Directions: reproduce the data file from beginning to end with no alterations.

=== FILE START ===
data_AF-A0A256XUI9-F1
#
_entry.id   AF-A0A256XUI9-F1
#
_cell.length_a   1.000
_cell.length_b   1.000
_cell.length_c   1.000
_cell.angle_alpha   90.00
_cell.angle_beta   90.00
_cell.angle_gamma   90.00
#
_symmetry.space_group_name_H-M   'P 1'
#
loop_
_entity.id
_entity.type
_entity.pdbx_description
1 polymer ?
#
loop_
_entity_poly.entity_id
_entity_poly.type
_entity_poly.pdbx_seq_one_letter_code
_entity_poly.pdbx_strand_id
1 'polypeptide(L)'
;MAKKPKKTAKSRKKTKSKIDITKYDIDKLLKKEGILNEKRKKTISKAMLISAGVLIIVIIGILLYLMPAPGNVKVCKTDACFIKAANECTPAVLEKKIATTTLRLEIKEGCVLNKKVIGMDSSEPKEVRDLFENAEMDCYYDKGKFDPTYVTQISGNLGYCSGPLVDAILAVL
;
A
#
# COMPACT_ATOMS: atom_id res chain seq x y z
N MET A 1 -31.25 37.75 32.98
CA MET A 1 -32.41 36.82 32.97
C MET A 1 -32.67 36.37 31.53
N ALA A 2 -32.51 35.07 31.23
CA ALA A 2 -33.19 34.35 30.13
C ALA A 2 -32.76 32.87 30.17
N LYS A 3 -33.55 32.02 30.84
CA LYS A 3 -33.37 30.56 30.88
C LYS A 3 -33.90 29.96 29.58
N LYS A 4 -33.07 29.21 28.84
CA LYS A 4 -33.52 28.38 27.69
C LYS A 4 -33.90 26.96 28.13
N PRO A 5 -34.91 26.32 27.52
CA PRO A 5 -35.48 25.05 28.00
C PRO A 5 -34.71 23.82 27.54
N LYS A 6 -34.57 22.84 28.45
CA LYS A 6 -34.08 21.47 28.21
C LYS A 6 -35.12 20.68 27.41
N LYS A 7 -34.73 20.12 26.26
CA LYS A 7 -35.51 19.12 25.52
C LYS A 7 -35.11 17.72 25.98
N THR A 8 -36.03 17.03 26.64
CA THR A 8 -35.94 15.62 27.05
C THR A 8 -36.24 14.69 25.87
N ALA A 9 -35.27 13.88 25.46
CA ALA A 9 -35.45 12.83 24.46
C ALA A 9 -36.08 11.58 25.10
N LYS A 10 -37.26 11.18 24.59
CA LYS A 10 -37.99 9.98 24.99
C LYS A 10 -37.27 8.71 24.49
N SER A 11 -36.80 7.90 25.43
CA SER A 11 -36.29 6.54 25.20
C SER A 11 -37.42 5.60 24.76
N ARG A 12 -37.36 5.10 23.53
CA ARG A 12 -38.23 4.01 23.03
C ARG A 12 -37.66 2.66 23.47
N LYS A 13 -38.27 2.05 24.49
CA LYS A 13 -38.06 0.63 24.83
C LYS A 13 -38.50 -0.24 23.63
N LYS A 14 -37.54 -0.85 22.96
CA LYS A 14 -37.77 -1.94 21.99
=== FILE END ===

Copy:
data_AF-A0A256XUI9-F1
#
_entry.id   AF-A0A256XUI9-F1
#
_cell.length_a   1.000
_cell.length_b   1.000
_cell.length_c   1.000
_cell.angle_alpha   90.00
_cell.angle_beta   90.00
_cell.angle_gamma   90.00
#
_symmetry.space_group_name_H-M   'P 1'
#
loop_
_entity.id
_entity.type
_entity.pdbx_description
1 polymer ?
#
loop_
_entity_poly.entity_id
_entity_poly.type
_entity_poly.pdbx_seq_one_letter_code
_entity_poly.pdbx_strand_id
1 'polypeptide(L)'
;MAKKPKKTAKSRKKTKSKIDITKYDIDKLLKKEGILNEKRKKTISKAMLISAGVLIIVIIGILLYLMPAPGNVKVCKTDACFIKAANECTPAVLEKKIATTTLRLEIKEGCVLNKKVIGMDSSEPKEVRDLFENAEMDCYYDKGKFDPTYVTQISGNLGYCSGPLVDAILAVL
;
A
#
# COMPACT_ATOMS: atom_id res chain seq x y z
N MET A 1 -31.25 37.75 32.98
CA MET A 1 -32.41 36.82 32.97
C MET A 1 -32.67 36.37 31.53
N ALA A 2 -32.51 35.07 31.23
CA ALA A 2 -33.19 34.35 30.13
C ALA A 2 -32.76 32.87 30.17
N LYS A 3 -33.55 32.02 30.84
CA LYS A 3 -33.37 30.56 30.88
C LYS A 3 -33.90 29.96 29.58
N LYS A 4 -33.07 29.21 28.84
CA LYS A 4 -33.52 28.38 27.69
C LYS A 4 -33.90 26.96 28.13
N PRO A 5 -34.91 26.32 27.52
CA PRO A 5 -35.48 25.05 28.00
C PRO A 5 -34.71 23.82 27.54
N LYS A 6 -34.57 22.84 28.45
CA LYS A 6 -34.08 21.47 28.21
C LYS A 6 -35.12 20.68 27.41
N LYS A 7 -34.73 20.12 26.26
CA LYS A 7 -35.51 19.12 25.52
C LYS A 7 -35.11 17.72 25.98
N THR A 8 -36.03 17.03 26.64
CA THR A 8 -35.94 15.62 27.05
C THR A 8 -36.24 14.69 25.87
N ALA A 9 -35.27 13.88 25.46
CA ALA A 9 -35.45 12.83 24.46
C ALA A 9 -36.08 11.58 25.10
N LYS A 10 -37.26 11.18 24.59
CA LYS A 10 -37.99 9.98 24.99
C LYS A 10 -37.27 8.71 24.49
N SER A 11 -36.80 7.90 25.43
CA SER A 11 -36.29 6.54 25.20
C SER A 11 -37.42 5.60 24.76
N ARG A 12 -37.36 5.10 23.53
CA ARG A 12 -38.23 4.01 23.03
C ARG A 12 -37.66 2.66 23.47
N LYS A 13 -38.27 2.05 24.49
CA LYS A 13 -38.06 0.63 24.83
C LYS A 13 -38.50 -0.24 23.63
N LYS A 14 -37.54 -0.85 22.96
CA LYS A 14 -37.77 -1.94 21.99